Rhinosinusitis - Diagnosis and Management Summary
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Rhinosinusitis - Diagnosis and Management Summary

Acute (<1mo) vs. subacute (1-3mo) vs. chronic (>3mo, usually w/ anaerobes); recurrent (4 or more annual episodes)

Dx: rhinorrhea (viral - clear, bact - purulent) + nasal obstruction or facial pressure/pain/fullness. A/w anosmia, ear fullness, cough, H/A

Bacterial:

 • S. pneumo (41%), H. flu (35%), M. catarrhalis (4%), S. aureus (3%), anaerobes (7%), strep (7%)

 • Time Frame: >10 days, or worsening within 10 days after initial improvement (“double worsening”)

 • Tx: Watchful waiting* in pts w/ good followup vs. Augmentin 875mg BID** (Doxy 100mg BID in PCN-allergic) x 5-7d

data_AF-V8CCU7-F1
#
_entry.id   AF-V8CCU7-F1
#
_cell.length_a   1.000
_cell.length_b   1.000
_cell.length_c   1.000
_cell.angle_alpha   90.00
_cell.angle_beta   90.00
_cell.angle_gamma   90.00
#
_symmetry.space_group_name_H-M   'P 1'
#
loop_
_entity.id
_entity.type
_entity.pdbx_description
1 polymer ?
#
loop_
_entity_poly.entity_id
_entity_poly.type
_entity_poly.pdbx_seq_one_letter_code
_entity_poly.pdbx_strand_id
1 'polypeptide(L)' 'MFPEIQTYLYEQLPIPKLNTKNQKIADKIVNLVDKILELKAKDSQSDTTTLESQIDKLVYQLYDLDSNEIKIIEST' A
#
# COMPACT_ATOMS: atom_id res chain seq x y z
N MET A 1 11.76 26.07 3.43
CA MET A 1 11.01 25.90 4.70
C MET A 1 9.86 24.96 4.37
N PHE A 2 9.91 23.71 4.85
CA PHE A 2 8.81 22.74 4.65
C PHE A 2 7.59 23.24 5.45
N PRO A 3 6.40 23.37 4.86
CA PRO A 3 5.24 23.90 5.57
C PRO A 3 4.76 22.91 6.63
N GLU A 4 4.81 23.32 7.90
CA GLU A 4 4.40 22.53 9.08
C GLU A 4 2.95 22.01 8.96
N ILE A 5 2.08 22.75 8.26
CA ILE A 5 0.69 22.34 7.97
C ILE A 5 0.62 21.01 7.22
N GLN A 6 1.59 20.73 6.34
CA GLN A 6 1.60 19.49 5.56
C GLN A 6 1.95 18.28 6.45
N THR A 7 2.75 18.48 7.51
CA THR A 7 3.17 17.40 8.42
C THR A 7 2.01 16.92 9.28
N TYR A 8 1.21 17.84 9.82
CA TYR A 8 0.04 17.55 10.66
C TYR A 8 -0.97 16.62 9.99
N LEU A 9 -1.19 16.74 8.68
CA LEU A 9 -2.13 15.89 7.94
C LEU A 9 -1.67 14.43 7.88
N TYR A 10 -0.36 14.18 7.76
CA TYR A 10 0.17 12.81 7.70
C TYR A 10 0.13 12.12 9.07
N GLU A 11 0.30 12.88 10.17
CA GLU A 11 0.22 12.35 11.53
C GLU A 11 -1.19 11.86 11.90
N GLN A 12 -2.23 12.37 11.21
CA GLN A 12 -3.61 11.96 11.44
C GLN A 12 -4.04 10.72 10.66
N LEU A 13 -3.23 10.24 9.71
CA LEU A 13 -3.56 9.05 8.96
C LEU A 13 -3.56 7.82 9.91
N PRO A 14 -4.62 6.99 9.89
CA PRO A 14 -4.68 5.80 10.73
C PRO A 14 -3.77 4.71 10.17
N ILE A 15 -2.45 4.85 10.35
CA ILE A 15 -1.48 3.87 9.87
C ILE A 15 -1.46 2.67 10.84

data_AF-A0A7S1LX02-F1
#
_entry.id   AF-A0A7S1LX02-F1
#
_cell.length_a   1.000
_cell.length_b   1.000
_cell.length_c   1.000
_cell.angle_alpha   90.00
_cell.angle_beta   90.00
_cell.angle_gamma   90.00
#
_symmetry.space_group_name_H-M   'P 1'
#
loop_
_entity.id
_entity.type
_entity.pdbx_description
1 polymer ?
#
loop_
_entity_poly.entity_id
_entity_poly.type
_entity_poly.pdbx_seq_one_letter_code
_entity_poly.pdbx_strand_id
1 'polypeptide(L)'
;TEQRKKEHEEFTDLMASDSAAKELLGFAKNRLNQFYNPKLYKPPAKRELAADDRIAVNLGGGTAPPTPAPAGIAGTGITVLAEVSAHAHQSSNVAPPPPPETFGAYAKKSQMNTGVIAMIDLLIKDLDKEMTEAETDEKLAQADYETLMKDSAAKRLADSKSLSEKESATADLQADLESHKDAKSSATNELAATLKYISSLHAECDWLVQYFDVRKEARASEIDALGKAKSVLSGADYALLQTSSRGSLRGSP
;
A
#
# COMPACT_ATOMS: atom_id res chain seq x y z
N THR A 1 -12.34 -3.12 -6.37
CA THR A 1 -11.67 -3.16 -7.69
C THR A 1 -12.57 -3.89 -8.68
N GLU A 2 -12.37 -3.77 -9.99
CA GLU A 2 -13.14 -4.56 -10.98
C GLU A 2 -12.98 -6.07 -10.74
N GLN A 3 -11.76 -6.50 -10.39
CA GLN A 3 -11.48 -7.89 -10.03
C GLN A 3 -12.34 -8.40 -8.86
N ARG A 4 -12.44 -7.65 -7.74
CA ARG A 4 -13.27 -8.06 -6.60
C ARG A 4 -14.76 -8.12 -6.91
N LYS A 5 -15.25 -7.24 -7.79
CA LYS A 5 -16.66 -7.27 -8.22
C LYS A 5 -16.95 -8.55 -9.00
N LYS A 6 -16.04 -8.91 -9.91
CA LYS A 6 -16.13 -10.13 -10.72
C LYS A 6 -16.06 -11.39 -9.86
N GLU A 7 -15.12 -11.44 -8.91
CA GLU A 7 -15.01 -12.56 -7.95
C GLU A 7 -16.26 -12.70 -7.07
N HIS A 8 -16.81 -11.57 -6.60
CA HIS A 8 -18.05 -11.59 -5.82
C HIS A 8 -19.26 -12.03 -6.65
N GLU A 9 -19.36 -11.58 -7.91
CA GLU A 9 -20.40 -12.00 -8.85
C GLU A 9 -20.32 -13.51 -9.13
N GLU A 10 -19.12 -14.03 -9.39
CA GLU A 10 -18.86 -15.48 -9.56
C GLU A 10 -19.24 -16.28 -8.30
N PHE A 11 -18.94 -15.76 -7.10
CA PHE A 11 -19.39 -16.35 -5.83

Viral:

 • Time Frame: 7-10 days 

 • Tx: Symptom control, oral decongestant

Fungal: 

 • Mucor (invasive) in DM, immunocompromised

 • Acute(invasive) to more chronic (>3mo)

 • Tx: Surgical removal of fungal mucin or “fungal ball” (mycetoma). ENT emergency if invasive (destruction of sinus, erosion into orbit or brain)

Dx: ONLY if concern for complications or other etiology suspected: CT scan with contrast +/- MRI

Complications: Meningitis, periorbital/orbital cellulitis (pain, edema, proptosis, painful eye movement, diplopia), subperiosteal/intracranial/epidural abscess, osteomyelitis of the sinus bones, septic cavernous sinus thrombosis.

Alarm symptoms: persistent fevers >102F; periorbital edema, inflammation, or erythema; CN palsies; abnormal extraocular movements; proptosis; vision changes (diplopia, impaired vision); severe headache; AMS; meningeal signs.



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